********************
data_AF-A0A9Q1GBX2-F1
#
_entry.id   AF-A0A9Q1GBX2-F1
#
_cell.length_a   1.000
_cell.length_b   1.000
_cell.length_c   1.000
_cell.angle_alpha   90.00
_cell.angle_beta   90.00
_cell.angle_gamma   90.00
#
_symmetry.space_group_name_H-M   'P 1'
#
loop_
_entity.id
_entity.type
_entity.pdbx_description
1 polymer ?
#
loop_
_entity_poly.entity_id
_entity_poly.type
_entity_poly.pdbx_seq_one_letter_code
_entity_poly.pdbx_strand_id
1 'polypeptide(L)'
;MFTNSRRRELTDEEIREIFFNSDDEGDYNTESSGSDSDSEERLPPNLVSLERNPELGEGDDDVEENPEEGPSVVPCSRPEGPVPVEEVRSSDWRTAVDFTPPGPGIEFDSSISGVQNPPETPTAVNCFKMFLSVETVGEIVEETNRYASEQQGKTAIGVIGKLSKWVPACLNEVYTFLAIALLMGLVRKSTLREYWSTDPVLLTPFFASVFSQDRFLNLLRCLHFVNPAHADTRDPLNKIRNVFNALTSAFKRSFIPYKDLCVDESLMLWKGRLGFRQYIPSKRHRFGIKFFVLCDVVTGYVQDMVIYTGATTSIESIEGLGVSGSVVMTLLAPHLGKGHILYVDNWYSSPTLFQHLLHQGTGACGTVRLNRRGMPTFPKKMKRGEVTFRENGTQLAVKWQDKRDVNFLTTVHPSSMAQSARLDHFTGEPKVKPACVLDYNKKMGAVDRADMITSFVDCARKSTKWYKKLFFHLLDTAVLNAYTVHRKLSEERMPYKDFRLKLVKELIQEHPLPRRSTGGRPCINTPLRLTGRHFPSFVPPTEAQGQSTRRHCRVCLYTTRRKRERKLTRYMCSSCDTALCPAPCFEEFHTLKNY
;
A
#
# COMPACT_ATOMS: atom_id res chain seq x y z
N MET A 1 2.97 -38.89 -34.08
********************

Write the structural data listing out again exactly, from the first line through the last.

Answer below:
data_AF-A0A9Q1GBX2-F1
#
_entry.id   AF-A0A9Q1GBX2-F1
#
_cell.length_a   1.000
_cell.length_b   1.000
_cell.length_c   1.000
_cell.angle_alpha   90.00
_cell.angle_beta   90.00
_cell.angle_gamma   90.00
#
_symmetry.space_group_name_H-M   'P 1'
#
loop_
_entity.id
_entity.type
_entity.pdbx_description
1 polymer ?
#
loop_
_entity_poly.entity_id
_entity_poly.type
_entity_poly.pdbx_seq_one_letter_code
_entity_poly.pdbx_strand_id
1 'polypeptide(L)'
;MFTNSRRRELTDEEIREIFFNSDDEGDYNTESSGSDSDSEERLPPNLVSLERNPELGEGDDDVEENPEEGPSVVPCSRPEGPVPVEEVRSSDWRTAVDFTPPGPGIEFDSSISGVQNPPETPTAVNCFKMFLSVETVGEIVEETNRYASEQQGKTAIGVIGKLSKWVPACLNEVYTFLAIALLMGLVRKSTLREYWSTDPVLLTPFFASVFSQDRFLNLLRCLHFVNPAHADTRDPLNKIRNVFNALTSAFKRSFIPYKDLCVDESLMLWKGRLGFRQYIPSKRHRFGIKFFVLCDVVTGYVQDMVIYTGATTSIESIEGLGVSGSVVMTLLAPHLGKGHILYVDNWYSSPTLFQHLLHQGTGACGTVRLNRRGMPTFPKKMKRGEVTFRENGTQLAVKWQDKRDVNFLTTVHPSSMAQSARLDHFTGEPKVKPACVLDYNKKMGAVDRADMITSFVDCARKSTKWYKKLFFHLLDTAVLNAYTVHRKLSEERMPYKDFRLKLVKELIQEHPLPRRSTGGRPCINTPLRLTGRHFPSFVPPTEAQGQSTRRHCRVCLYTTRRKRERKLTRYMCSSCDTALCPAPCFEEFHTLKNY
;
A
#
# COMPACT_ATOMS: atom_id res chain seq x y z
N MET A 1 2.97 -38.89 -34.08